The Flu Shot - What You Need and Why You Need It
Summer is now all but gone. And while we may get a few warm days, the night's cooler temps, that certain crispness in the air tells us in Southeastern Wyoming: Fall Is here, and Winter isn't too far behind! Our minds may naturally turn to falling leaves, pumpkins, and other festivities heralding Autumn, the season also brings a rather pesky reminder that cold and flu season is also at our door!
We reached out to Giselle Grimes, infectious disease specialist at Memorial Hospital of Converse County for some advice, some information, 4-1-1 on this whole flu thing and also why we need that flu shot every year.
"Prevention is key," began Grimes, "The best way to prevent the flu is to get immunized."
Immunization means, yep you guessed it, most likely a flu shot. The specific cocktail for flu shots can change from year to year and according to the CDC: "The seasonal flu vaccine protects against the influenza viruses that research indicates will be most common during the upcoming season. Traditional flu vaccines (called "trivalent" vaccines) are made to protect against three flu viruses; an influenza A (H1N1) virus, an influenza A (H3N2) virus, and an influenza B virus. There are also flu vaccines made to protect against four flu viruses (called "quadrivalent" vaccines). These vaccines protect against the same viruses as the trivalent vaccine and an additional B virus."
Though in some cases you can get a nasal spray flu vaccine, the CDC is not recommending these during the flu season this year and is pretty staunchly recommending the injection of the trivalent and quadrivalent flu vaccines that are injectable. Each should be readily available throughout Converse County. The 3 component Flu vaccine protects against: A/California/7/2009 pdm09-like virus, A/HongKong/4801/2014 (H3N2)-like virus, and B/Brisbane/60/2008-like virus (B/Victoria lineage).
The 4 component vaccines include the 3 viruses above, plus an additional B virus called B/Phuket/3073/2013-like virus (B/Yamagata lineage).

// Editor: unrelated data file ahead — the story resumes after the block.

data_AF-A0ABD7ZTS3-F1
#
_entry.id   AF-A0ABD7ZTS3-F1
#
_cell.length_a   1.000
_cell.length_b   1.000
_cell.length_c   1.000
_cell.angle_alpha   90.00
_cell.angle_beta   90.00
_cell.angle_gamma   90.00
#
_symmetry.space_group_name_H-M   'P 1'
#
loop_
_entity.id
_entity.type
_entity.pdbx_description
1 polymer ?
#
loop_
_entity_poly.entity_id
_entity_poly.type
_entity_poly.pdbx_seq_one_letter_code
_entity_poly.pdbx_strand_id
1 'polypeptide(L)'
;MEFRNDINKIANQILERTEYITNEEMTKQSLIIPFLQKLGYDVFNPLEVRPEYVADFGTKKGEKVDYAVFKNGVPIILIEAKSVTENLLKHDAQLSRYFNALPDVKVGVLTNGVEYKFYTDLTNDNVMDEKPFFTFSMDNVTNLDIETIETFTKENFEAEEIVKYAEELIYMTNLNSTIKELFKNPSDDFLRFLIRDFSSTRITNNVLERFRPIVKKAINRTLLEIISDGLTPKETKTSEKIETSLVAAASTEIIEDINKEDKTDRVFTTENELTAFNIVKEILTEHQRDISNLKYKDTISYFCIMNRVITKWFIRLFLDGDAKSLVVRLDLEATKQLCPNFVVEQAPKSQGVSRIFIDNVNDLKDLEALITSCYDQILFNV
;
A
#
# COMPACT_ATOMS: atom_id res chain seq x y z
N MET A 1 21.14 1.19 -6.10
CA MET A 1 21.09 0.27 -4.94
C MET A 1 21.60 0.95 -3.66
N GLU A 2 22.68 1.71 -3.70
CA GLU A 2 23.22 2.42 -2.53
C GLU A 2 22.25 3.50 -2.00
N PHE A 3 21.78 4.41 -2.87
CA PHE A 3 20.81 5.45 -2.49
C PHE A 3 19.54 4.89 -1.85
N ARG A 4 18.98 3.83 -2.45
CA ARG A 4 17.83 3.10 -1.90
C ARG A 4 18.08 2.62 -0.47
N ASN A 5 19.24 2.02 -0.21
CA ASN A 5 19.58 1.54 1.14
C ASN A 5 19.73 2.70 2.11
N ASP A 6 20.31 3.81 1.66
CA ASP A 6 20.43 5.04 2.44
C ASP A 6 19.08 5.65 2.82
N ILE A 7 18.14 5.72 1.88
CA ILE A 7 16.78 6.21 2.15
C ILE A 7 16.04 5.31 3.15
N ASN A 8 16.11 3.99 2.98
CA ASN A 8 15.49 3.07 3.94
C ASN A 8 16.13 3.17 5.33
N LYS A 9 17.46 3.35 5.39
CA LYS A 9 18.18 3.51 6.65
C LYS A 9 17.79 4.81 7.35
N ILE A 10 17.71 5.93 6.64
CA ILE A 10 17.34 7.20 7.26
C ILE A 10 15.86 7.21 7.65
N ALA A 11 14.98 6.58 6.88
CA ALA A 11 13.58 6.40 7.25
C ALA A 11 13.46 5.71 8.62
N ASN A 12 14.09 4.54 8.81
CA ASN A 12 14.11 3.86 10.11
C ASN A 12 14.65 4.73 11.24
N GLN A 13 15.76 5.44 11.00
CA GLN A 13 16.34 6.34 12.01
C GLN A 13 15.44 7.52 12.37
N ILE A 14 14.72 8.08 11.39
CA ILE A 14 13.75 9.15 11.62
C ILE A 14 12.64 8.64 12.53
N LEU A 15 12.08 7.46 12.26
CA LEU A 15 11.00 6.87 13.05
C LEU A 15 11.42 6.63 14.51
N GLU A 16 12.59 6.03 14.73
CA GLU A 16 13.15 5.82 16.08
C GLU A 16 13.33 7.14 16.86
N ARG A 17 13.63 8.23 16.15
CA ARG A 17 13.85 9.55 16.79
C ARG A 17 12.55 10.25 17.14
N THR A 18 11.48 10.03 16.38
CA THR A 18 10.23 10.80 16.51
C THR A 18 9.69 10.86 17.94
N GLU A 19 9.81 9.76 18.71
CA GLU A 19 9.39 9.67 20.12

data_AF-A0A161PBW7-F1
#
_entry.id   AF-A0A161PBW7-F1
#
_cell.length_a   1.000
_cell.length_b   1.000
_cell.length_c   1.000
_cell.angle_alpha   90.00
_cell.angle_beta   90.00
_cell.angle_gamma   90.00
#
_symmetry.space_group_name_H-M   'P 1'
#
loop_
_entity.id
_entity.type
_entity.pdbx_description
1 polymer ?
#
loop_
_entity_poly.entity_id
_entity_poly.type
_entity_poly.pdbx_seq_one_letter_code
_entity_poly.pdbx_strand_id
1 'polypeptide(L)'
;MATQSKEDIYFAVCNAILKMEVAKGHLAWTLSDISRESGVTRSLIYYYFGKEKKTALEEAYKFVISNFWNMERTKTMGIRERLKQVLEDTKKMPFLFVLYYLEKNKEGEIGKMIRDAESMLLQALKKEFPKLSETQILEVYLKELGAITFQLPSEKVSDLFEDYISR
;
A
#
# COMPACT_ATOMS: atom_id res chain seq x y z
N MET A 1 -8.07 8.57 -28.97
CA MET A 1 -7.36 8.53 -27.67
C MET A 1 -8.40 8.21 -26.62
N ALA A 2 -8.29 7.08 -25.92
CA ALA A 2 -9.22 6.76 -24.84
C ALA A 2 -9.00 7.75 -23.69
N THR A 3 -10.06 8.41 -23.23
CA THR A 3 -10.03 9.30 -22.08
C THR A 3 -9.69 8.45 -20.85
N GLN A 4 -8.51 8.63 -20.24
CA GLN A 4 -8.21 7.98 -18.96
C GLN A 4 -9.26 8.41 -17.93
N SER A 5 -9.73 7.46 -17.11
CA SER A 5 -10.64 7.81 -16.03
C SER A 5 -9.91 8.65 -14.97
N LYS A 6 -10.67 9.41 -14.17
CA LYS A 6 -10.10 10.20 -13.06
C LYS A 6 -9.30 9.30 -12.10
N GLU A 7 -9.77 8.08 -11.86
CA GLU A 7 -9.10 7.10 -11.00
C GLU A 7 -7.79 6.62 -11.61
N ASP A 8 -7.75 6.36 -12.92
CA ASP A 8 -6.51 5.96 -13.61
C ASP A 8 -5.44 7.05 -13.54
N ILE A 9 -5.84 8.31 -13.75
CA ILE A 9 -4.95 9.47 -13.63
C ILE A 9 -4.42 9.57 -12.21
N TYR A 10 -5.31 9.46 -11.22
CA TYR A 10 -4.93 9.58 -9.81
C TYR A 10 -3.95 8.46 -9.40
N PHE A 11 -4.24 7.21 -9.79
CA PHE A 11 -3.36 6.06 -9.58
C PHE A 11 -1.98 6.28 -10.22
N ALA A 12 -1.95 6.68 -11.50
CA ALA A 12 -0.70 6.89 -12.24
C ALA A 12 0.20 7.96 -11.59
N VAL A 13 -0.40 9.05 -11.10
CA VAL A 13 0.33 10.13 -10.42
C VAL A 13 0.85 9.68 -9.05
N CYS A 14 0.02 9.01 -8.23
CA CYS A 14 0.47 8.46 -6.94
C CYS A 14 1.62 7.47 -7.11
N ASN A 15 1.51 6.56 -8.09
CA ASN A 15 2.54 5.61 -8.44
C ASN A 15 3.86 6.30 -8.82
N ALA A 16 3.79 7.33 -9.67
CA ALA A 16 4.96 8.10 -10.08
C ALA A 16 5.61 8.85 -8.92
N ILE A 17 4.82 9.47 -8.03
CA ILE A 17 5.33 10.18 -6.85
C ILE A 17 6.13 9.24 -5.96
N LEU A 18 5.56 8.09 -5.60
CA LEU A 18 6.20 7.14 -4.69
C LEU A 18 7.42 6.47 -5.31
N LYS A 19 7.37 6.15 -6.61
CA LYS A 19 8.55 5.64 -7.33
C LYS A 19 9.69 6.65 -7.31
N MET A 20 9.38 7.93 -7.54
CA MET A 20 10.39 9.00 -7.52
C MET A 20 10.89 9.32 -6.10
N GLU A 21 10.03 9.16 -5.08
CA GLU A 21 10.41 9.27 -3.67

Getting an annual flu vaccine is the first and best way to protect yourself and your family from the flu. Flu vaccination can reduce flu illnesses, doctors' visits and missed work and school due to flu, as well as prevent flu-related hospitalizations. Increasing the number of people who get vaccinated each year helps to protect more people, including older people, very young children and people with certain health conditions who are more vulnerable to serious flu complications.
You may stop and think, "Hey I got one of these last year, do I really have to get another?" And the simple answer is Yes, yes you do. And really the sooner the better.
A flu vaccine is needed every season for two reasons: First, the body's immune response from vaccination declines over time, so an annual vaccine is needed for optimal protection. And second, because the flu viruses themselves are constantly changing. The formulation of the flu vaccine is reviewed each year by the CDC and sometimes updated to keep up with changing flu viruses. As well, you need to make it a family affair: for the best protection, everyone 6 months and older should get vaccinated annually.
You should get a flu vaccine before flu begins spreading in our community. Of note: it takes about two weeks after vaccination for antibodies to develop in the body that protect against flu, so make plans to get vaccinated asap, before flu season begins in earnest. The CDC recommends that people get a flu vaccine by the end of October, if possible. Getting vaccinated later, however, can still be beneficial and vaccination should continue to be offered throughout the flu season, even into January or later.
What do you hope to avoid with contracting influenza? A whole host of trouble. Influenza can cause:
- Severe aches in muscles and joints
- Pain and tiredness around your eyes
- Weakness or extreme fatigue
- Warm, flushed skin and red, watery eyes
- A headache
- A dry cough
- A sore throat and runny nose
More serious symptoms include:
- Trouble breathing or shortness of breath
- Pain or pressure in your chest or belly
- Sudden dizziness
- Severe vomiting
And yes, it can cause hospitalization and possibly even death. Again according to the CDC: 36,000 people die annually and more than 200,000 are hospitalized each year because of the flu. Those most at risk include the elderly and young children.
"The flu can have very serious consequences," concluded Grimes. "So get immunized to protect your family and protect your community."
The flu shot is available at the Converse County Health Department, Pharmacies in the area and of course via your provider at Memorial Hospital of Converse County. No matter which you choose, be sure to get one in order to avoid the influenza however possible this season!